An unapologetically redemptive force

First, most Americans think their country is on the wrong track. Among white working class Americans – the core Trump constituency – stagnant wages, real income decline, and loss of a once-dominant status in a nation transforming economically and culturally underlies disillusion. For Americans regarding ‘their’ country as in need of taking back and among those fearing the US is in terminal decline – polarised and gridlocked at home, discounted and challenged for primacy abroad – Trump represents an unapologetically redemptive force: a visceral, primal scream from the heart of white American nationalism.

Second, Americans broadly view their government as ineffective and political system as corrupt. Running for Washington by running against it, on a platform of incoherent but potently opaque policy positions, no-one – for those wanting to change Washington – embodies the outsider like Trump. Moreover, uniquely, his personal fortune insulates him from charges that he can be ‘bought’ by vested interests. When Trump talks about knowing how to work the system as a businessman, he is credible. Add to that an outspoken willingness to speak directly, bluntly and without fear of causing offence and millions of Americans view the Donald as a truth teller. Like businessmen in politics before him, Trump promises that what he did for himself he can do for America, and that ordinary Americans will once more partake of the increasingly elusive American Dream.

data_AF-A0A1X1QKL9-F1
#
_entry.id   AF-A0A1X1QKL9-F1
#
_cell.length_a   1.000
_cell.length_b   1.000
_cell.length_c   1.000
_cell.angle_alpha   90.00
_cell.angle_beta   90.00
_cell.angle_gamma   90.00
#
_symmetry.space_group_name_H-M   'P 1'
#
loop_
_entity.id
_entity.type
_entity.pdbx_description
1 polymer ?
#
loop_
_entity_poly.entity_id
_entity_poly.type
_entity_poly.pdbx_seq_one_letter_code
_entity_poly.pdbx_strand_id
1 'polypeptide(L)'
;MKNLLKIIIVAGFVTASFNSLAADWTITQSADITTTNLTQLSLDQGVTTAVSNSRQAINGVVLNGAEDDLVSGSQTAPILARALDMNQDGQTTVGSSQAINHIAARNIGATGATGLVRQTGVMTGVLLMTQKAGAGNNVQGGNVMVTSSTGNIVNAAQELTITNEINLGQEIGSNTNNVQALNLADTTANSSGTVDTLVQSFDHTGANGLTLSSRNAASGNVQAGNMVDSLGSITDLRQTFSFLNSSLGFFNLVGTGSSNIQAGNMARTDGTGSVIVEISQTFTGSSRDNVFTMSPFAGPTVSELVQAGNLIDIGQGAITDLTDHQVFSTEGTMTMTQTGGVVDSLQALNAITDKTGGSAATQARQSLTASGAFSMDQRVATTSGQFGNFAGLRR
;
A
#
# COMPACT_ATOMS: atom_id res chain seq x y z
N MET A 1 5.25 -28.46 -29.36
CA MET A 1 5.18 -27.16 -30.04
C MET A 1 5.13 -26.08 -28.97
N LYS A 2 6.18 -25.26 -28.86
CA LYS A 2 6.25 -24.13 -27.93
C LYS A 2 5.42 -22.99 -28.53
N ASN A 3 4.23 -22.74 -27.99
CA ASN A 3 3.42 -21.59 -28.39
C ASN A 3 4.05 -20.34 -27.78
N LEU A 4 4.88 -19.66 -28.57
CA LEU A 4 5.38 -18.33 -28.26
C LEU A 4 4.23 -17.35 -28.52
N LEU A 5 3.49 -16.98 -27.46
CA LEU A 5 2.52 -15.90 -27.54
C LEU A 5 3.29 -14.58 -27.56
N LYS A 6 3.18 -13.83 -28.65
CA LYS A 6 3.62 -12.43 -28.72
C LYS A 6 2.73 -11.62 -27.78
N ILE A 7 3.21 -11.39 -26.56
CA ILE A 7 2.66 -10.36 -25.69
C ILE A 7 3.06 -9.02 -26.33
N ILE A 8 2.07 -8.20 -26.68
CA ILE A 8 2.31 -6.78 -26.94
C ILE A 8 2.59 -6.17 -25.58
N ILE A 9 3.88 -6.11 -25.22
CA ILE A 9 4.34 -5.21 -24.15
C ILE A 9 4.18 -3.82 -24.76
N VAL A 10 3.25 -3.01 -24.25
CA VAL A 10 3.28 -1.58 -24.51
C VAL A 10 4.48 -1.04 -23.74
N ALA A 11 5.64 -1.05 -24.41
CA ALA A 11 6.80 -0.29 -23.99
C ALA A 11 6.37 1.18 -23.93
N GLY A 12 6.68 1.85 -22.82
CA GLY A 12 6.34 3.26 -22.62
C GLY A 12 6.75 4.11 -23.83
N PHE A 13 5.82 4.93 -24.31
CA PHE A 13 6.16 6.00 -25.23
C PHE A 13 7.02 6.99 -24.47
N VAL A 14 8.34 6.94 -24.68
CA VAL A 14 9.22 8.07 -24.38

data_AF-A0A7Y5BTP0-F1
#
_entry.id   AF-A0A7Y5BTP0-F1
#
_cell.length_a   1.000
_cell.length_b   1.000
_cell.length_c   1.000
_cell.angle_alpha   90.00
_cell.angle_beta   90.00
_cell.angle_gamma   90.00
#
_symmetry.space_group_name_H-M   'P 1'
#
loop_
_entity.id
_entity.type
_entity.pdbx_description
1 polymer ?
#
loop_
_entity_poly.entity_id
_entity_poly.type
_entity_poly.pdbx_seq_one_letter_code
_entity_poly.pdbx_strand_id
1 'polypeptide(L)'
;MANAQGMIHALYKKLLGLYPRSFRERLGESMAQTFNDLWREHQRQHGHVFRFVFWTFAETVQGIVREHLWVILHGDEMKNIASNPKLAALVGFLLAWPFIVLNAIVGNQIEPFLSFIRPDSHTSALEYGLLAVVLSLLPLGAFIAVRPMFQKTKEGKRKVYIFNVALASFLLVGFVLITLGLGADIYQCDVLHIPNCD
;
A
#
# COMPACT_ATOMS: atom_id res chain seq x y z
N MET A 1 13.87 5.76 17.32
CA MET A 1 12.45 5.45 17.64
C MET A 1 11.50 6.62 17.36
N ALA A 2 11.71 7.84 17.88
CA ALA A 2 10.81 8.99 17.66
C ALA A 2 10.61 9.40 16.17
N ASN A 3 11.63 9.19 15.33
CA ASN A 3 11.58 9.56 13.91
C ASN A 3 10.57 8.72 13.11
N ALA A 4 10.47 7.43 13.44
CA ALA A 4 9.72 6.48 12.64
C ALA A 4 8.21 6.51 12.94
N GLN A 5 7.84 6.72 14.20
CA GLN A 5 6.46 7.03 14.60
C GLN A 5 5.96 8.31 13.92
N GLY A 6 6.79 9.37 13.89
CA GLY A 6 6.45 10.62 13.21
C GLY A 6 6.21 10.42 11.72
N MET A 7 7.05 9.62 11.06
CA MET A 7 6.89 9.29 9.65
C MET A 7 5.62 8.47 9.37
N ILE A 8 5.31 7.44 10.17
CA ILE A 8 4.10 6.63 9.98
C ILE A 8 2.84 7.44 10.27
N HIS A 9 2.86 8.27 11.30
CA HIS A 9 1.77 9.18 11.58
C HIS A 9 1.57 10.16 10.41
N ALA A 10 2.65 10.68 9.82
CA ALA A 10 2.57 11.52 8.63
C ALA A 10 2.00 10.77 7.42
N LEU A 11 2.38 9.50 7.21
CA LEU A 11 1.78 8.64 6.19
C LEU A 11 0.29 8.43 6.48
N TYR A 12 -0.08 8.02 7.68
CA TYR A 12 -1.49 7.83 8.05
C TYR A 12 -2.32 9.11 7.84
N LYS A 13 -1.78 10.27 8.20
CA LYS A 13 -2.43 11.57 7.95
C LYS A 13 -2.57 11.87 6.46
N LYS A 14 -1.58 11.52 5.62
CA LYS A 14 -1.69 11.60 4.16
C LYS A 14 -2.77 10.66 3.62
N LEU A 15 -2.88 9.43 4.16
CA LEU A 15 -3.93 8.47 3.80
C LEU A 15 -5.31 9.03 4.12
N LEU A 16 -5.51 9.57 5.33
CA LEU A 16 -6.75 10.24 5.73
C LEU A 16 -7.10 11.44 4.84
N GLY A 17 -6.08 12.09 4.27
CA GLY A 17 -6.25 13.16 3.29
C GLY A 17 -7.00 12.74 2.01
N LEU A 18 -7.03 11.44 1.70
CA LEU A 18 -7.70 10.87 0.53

Social media mogul

Third, Trump has exploited his formidable media knowledge with astonishing shrewdness. Outrageous statements, outlandish claims and telling personal insults – seemingly spontaneous but carefully pre-planned and road-tested – compel ratings. Social media abets the creation of an alternative reality and echo chamber from which the distrusted mainstream media are excluded. Disintermediation – cutting out the middle man – compounds Trump’s celebrity status to forge what his 5 million Twitter supporters perceive as a personal link to their politically incorrect champion.

Fourth, Trump – for whom id, not ideology, is all – upends conservative orthodoxy. A New York native who was for most of his life pro-choice on abortion, pro-gun control and a donor to Democrats, Trump is no staid Mitt Romney. In rejecting free trade deals and ‘stoopid’ Middle East wars, pledging to make allies from Saudi Arabia to South Korea pay for US protection, committing to punitive taxes on Wall Street and preserving entitlement programmes for the average Joe, Trump’s anti-elitism is scrambling a party establishment fearful of an anti-government populism it unleashed but cannot control.

Finally, if Obama won the presidency in 2008 as the ‘un-Bush’, what more vivid an antithesis to the current lame duck could be imagined than Trump? After seven years of the most polarising presidency since Richard Nixon, Trump promises to restore the art of the deal – something the US Constitution mandates for successful governing, and AWOL since 2009 – at home and abroad alike.